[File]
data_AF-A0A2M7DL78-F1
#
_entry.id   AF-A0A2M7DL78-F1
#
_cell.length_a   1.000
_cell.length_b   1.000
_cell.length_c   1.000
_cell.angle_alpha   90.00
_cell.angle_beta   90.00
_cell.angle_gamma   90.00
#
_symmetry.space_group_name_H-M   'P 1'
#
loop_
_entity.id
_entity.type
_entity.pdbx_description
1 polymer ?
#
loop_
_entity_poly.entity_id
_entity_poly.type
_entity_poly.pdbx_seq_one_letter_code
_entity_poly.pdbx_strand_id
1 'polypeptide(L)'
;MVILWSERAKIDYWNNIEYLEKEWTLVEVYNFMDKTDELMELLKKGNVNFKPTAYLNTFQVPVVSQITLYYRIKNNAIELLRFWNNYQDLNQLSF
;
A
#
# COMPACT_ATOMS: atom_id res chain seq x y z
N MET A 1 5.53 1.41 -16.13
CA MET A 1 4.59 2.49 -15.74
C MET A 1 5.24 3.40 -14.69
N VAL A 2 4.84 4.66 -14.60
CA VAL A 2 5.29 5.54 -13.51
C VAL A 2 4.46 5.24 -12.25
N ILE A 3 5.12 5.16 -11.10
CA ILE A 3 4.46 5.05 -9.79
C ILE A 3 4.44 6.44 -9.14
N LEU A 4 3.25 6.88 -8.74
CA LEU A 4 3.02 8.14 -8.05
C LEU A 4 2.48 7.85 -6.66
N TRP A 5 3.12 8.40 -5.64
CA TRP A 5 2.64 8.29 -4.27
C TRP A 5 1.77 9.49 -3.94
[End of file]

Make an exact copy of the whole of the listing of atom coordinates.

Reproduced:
data_AF-A0A2M7DL78-F1
#
_entry.id   AF-A0A2M7DL78-F1
#
_cell.length_a   1.000
_cell.length_b   1.000
_cell.length_c   1.000
_cell.angle_alpha   90.00
_cell.angle_beta   90.00
_cell.angle_gamma   90.00
#
_symmetry.space_group_name_H-M   'P 1'
#
loop_
_entity.id
_entity.type
_entity.pdbx_description
1 polymer ?
#
loop_
_entity_poly.entity_id
_entity_poly.type
_entity_poly.pdbx_seq_one_letter_code
_entity_poly.pdbx_strand_id
1 'polypeptide(L)'
;MVILWSERAKIDYWNNIEYLEKEWTLVEVYNFMDKTDELMELLKKGNVNFKPTAYLNTFQVPVVSQITLYYRIKNNAIELLRFWNNYQDLNQLSF
;
A
#
# COMPACT_ATOMS: atom_id res chain seq x y z
N MET A 1 5.53 1.41 -16.13
CA MET A 1 4.59 2.49 -15.74
C MET A 1 5.24 3.40 -14.69
N VAL A 2 4.84 4.66 -14.60
CA VAL A 2 5.29 5.54 -13.51
C VAL A 2 4.46 5.24 -12.25
N ILE A 3 5.12 5.16 -11.10
CA ILE A 3 4.46 5.05 -9.79
C ILE A 3 4.44 6.44 -9.14
N LEU A 4 3.25 6.88 -8.74
CA LEU A 4 3.02 8.14 -8.05
C LEU A 4 2.48 7.85 -6.66
N TRP A 5 3.12 8.40 -5.64
CA TRP A 5 2.64 8.29 -4.27
C TRP A 5 1.77 9.49 -3.94